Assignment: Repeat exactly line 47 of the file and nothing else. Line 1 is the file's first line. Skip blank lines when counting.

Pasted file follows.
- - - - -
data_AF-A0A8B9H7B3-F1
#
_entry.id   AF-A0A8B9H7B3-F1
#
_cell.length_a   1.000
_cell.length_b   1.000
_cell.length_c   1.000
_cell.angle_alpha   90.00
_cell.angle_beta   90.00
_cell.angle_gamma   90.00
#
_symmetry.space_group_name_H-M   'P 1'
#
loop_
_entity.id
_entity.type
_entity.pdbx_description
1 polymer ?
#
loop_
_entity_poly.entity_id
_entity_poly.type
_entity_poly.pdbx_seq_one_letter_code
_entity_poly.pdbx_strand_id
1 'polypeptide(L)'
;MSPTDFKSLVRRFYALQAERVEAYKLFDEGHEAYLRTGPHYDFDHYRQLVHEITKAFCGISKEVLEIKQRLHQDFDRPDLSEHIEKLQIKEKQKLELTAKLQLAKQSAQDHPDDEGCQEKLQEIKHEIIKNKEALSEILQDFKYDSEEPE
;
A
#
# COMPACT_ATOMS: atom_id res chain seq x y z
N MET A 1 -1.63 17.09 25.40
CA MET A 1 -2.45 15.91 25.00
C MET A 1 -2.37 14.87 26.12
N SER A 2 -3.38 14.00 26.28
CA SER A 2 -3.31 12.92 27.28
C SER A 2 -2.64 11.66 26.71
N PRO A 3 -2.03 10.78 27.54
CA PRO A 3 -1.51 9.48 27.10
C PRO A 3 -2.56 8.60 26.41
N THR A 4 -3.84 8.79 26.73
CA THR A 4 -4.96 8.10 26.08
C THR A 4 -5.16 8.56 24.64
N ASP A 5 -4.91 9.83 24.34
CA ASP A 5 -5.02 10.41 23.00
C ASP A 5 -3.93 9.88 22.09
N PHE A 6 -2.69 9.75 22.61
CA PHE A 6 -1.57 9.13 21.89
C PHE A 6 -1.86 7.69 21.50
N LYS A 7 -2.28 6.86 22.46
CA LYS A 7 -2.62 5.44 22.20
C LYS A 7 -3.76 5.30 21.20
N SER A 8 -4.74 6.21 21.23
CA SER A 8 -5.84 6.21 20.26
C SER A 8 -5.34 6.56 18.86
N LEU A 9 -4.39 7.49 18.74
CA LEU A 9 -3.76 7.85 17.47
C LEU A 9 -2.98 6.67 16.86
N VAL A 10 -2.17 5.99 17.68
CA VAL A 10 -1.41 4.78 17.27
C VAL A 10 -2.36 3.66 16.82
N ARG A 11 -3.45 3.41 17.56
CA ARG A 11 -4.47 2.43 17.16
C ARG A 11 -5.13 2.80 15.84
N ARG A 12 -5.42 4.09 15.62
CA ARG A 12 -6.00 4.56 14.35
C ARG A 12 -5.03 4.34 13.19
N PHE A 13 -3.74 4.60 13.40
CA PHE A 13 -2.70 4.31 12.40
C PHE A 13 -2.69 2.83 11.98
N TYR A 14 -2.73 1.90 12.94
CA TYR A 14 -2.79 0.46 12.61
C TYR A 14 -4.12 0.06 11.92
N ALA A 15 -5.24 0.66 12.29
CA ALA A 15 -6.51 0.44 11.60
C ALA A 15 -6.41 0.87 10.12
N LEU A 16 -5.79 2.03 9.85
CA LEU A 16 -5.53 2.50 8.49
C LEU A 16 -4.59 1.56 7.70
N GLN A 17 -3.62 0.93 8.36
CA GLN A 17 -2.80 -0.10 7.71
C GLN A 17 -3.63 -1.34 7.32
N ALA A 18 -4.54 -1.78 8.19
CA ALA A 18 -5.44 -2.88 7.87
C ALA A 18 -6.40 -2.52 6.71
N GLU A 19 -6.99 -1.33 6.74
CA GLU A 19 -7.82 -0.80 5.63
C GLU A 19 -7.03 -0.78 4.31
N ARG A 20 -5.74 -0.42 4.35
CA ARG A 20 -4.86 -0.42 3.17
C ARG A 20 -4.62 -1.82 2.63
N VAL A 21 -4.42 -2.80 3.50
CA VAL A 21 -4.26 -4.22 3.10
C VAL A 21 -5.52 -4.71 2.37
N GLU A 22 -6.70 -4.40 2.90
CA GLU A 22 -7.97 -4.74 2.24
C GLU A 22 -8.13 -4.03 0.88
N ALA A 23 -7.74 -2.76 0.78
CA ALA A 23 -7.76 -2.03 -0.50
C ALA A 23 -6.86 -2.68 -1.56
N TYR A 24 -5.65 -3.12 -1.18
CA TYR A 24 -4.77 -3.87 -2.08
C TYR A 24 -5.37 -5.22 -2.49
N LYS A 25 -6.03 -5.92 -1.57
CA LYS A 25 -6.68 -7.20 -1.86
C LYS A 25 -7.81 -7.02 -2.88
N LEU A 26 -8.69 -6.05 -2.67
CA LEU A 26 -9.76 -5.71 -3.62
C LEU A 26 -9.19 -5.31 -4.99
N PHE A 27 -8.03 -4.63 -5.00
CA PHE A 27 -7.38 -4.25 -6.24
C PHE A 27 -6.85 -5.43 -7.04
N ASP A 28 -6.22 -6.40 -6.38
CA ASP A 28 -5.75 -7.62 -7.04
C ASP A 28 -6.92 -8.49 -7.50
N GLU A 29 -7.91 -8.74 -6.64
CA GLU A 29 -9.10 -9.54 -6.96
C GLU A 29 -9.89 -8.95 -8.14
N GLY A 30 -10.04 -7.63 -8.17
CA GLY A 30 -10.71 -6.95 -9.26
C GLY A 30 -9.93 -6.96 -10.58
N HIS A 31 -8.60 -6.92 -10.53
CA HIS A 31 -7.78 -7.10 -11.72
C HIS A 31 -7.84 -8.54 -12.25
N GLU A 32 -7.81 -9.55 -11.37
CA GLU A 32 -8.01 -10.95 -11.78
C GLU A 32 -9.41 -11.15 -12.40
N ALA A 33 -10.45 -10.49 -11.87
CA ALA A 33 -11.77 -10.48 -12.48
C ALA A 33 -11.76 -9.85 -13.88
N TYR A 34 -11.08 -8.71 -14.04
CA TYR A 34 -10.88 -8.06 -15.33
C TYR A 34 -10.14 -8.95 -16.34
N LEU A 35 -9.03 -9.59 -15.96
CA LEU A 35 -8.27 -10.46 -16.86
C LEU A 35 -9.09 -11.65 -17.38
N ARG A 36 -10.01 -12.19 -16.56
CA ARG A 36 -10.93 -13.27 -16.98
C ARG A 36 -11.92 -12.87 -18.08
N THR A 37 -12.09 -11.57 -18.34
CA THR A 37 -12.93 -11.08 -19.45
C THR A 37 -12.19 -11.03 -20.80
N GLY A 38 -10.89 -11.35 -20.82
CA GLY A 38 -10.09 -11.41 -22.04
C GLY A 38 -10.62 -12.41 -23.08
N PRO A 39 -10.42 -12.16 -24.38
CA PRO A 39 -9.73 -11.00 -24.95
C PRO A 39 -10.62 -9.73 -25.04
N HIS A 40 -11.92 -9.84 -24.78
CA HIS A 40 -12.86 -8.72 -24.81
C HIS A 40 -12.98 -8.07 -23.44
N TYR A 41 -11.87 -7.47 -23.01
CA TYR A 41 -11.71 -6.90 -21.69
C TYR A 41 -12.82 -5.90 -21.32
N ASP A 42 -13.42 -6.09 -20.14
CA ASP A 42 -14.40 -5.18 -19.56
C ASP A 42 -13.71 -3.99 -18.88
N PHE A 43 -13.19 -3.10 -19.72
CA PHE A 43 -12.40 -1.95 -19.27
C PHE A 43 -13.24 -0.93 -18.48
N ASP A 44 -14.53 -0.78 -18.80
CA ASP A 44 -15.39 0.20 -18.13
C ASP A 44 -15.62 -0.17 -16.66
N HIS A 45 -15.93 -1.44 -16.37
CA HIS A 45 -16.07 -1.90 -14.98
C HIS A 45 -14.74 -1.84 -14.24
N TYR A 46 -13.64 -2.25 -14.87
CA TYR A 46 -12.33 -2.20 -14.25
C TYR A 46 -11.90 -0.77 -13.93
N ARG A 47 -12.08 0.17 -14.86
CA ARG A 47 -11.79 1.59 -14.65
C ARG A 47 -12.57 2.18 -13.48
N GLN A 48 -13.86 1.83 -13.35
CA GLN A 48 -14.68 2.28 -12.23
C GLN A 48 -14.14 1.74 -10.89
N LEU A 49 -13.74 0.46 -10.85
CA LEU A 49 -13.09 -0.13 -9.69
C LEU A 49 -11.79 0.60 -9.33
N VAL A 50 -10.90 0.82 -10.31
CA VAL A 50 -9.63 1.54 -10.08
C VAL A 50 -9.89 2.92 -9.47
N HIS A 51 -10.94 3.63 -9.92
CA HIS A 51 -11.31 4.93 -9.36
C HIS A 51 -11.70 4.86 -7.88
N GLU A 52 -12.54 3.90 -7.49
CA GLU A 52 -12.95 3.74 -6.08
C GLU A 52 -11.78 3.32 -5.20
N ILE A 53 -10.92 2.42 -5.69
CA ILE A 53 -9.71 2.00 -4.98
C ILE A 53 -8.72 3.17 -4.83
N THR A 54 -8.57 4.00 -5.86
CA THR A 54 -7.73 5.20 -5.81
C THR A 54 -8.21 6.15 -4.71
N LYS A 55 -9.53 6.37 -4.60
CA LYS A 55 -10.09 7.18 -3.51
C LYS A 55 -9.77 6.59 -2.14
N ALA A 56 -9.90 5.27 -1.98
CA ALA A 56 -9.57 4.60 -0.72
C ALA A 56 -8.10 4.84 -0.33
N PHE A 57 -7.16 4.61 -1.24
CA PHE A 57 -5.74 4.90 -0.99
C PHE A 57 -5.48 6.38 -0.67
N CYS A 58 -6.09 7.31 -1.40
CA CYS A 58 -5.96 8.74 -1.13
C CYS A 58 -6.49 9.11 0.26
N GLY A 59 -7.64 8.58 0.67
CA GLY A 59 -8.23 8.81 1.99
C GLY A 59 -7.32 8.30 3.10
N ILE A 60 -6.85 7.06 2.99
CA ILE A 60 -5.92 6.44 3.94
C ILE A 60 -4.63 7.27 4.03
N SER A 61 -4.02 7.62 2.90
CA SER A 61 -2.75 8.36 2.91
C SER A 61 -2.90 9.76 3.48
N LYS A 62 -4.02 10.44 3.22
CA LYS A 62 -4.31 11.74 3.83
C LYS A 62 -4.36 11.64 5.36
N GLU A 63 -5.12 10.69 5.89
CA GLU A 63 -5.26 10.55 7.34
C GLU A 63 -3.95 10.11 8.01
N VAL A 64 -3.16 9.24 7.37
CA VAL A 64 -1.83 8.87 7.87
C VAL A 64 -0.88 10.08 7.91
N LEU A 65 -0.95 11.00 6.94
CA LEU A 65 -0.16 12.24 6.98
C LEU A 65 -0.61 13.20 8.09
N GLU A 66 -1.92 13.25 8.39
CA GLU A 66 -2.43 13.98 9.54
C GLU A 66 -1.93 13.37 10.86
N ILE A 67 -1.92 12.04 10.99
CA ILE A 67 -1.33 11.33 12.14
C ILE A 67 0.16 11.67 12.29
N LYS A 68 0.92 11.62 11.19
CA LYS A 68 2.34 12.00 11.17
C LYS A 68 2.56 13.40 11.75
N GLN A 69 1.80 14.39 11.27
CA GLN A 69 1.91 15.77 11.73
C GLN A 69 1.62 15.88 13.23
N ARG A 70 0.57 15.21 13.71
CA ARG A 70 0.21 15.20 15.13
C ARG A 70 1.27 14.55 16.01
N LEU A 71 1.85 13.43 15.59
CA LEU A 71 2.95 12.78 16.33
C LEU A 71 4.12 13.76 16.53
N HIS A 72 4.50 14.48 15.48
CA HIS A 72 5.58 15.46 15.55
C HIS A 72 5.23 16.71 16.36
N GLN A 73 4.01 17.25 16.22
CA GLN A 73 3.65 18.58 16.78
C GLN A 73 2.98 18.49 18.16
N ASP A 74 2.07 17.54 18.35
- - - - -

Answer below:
CA PHE A 6 -1.57 9.13 21.89